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The Fair Work Ombudsman will make site visits to dozens of apple and pear orchards across three States over the next few weeks as part of its ongoing focus on seasonal workers.

Fair Work inspectors are planning unannounced visits to properties in NSW, Victoria and Western Australia to speak with growers and labour hire contractors about their obligations under federal workplace laws.

Seasonal workers engaged to pick and pack the fruit will also be encouraged to ask any questions they have about their pay and conditions.

Site visits are planned for Harcourt, the Goulburn Valley and Gippsland in regional Victoria, Donnybrook and Manjimup in Western Australia’s South-West and Batlow in NSW.

Fair Work Ombudsman Natalie James says  non-compliance that may be identified will be addressed.

“We can tell a lot about an employer’s level of compliance by talking to them and their workers, but we’ll look at time-and-wages records if we need to get a clearer picture,” Ms James said.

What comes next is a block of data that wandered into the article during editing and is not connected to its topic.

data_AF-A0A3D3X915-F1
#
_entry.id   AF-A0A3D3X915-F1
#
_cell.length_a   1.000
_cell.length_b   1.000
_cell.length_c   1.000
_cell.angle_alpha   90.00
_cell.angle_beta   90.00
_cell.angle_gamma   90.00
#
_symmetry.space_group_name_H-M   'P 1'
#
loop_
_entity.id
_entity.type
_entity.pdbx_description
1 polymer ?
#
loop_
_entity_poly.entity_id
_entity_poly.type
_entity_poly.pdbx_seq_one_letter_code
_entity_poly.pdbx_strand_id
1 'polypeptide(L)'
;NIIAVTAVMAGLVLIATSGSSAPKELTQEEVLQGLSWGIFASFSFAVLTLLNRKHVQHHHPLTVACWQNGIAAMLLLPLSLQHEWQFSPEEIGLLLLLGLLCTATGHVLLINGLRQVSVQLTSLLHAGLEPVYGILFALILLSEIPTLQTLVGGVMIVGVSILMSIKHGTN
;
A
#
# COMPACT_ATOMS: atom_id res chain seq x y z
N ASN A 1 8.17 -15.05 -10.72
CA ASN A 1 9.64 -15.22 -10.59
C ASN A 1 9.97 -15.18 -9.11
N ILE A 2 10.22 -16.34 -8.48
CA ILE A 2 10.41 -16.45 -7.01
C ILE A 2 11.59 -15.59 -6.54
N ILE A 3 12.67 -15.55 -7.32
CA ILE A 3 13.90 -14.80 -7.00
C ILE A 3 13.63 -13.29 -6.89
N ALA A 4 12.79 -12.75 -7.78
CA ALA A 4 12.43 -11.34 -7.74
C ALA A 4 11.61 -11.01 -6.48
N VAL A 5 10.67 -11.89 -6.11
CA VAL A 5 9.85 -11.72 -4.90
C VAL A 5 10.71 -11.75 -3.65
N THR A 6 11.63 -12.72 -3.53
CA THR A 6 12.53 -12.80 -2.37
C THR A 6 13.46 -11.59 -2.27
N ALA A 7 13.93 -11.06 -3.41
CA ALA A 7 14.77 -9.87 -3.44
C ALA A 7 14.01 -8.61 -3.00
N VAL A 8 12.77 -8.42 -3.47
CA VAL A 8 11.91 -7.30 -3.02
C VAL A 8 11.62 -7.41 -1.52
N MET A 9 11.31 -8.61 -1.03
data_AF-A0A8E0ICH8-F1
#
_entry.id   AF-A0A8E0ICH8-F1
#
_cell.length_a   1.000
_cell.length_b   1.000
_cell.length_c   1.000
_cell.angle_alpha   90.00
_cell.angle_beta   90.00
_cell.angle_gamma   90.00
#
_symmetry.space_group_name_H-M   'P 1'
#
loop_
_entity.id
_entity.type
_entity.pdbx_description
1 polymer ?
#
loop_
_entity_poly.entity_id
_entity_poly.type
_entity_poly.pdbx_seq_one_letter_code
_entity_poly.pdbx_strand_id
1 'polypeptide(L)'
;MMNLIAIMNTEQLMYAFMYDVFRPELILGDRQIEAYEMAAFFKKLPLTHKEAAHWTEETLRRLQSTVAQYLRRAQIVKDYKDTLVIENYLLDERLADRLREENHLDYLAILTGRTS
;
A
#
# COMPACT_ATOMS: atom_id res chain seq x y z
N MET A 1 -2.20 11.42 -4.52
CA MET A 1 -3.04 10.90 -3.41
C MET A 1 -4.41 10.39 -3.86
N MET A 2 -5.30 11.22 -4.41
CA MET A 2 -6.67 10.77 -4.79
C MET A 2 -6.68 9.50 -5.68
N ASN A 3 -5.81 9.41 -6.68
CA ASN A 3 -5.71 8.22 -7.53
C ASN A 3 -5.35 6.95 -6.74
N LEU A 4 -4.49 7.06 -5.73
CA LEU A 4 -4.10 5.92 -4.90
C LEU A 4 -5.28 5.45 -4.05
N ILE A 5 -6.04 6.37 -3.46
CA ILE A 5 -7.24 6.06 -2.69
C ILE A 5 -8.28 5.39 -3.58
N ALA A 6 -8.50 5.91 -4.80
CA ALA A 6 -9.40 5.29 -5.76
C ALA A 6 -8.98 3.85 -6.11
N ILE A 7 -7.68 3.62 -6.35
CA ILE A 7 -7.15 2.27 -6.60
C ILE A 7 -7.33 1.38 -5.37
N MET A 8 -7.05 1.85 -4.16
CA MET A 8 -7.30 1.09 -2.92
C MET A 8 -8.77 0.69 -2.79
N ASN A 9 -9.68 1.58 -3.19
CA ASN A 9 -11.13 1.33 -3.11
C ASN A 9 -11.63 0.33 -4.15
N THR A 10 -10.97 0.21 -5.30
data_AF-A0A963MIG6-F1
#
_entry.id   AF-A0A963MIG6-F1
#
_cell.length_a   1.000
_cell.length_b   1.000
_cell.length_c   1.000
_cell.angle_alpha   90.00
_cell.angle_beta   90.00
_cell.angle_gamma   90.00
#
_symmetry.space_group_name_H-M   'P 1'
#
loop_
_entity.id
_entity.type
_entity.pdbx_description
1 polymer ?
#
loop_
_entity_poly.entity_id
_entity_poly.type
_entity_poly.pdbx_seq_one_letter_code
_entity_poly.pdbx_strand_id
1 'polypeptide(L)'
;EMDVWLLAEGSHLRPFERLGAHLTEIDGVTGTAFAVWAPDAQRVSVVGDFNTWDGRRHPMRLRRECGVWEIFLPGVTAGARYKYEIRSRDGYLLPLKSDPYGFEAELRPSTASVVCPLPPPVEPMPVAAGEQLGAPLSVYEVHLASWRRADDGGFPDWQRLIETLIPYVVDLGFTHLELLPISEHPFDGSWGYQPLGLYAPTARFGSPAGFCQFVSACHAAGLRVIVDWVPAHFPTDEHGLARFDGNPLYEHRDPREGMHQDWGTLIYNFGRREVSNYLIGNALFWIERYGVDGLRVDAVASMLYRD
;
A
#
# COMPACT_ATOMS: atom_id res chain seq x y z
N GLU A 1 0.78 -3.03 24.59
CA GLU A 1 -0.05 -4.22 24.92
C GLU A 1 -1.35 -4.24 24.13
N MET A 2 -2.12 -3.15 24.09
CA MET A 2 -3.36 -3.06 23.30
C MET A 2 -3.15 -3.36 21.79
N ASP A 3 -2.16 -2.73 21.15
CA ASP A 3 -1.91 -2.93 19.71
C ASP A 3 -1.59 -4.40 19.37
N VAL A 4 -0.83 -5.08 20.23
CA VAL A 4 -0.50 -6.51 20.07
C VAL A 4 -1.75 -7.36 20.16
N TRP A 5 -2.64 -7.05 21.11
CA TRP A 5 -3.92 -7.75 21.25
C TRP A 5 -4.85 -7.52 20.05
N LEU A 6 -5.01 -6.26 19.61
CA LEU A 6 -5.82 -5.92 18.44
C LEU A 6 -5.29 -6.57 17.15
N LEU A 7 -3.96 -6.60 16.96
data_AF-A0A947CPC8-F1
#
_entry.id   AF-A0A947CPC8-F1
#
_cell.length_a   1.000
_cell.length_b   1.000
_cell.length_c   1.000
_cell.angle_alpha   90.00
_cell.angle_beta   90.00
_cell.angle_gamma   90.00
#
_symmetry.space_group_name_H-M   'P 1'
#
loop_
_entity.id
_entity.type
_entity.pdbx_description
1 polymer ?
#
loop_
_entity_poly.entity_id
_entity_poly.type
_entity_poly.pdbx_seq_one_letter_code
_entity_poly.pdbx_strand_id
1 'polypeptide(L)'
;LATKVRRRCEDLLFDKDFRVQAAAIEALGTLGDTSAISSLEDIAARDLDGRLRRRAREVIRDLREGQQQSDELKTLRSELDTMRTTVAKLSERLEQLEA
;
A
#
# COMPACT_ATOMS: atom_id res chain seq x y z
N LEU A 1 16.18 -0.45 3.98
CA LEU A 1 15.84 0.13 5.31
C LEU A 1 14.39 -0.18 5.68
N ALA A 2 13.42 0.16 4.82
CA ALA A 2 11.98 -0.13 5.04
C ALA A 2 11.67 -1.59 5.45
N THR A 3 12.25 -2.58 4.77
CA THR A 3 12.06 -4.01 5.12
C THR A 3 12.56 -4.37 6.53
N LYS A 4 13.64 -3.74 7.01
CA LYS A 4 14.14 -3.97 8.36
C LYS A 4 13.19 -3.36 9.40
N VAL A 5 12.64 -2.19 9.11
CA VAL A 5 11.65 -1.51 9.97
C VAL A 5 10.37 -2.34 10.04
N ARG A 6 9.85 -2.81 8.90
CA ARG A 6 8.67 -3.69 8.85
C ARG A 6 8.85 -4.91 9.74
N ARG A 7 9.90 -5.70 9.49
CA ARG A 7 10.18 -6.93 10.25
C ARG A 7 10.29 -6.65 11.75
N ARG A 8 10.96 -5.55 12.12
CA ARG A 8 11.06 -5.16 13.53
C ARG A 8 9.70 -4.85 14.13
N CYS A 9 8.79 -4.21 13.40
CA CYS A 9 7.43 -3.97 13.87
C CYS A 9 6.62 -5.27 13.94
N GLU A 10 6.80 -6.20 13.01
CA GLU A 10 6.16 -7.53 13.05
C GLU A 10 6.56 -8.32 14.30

Ms James says the Agency continues to receive complaints from seasonal harvest workers that they are underpaid, and many are substantiated.

  • > Common issues of non-compliance in the apple and pear industry include:
  • > Underpayment of minimum hourly rates under the Horticulture Award 2010,
  • > Failure to make written piece-work agreements with employees on piece-rates,
  • > Failing to provide piece-rate employees with a copy of their agreement,
  • > Failure to keep time-and-wages records, particularly for casual employees,
  • > Failure to provide the Fair Work Information Statement to new employees, and
  • > Detailed pay slips not being provided within one day of pay day.

Ms James says Fair Work inspectors will return to orchards during next year’s harvest to check that employers are meeting their workplace obligations on an ongoing basis.

“We want to ensure employers understand and meet their workplace obligations” she said.

Source: Fair Work Ombudsman Media Release 23 May 2014

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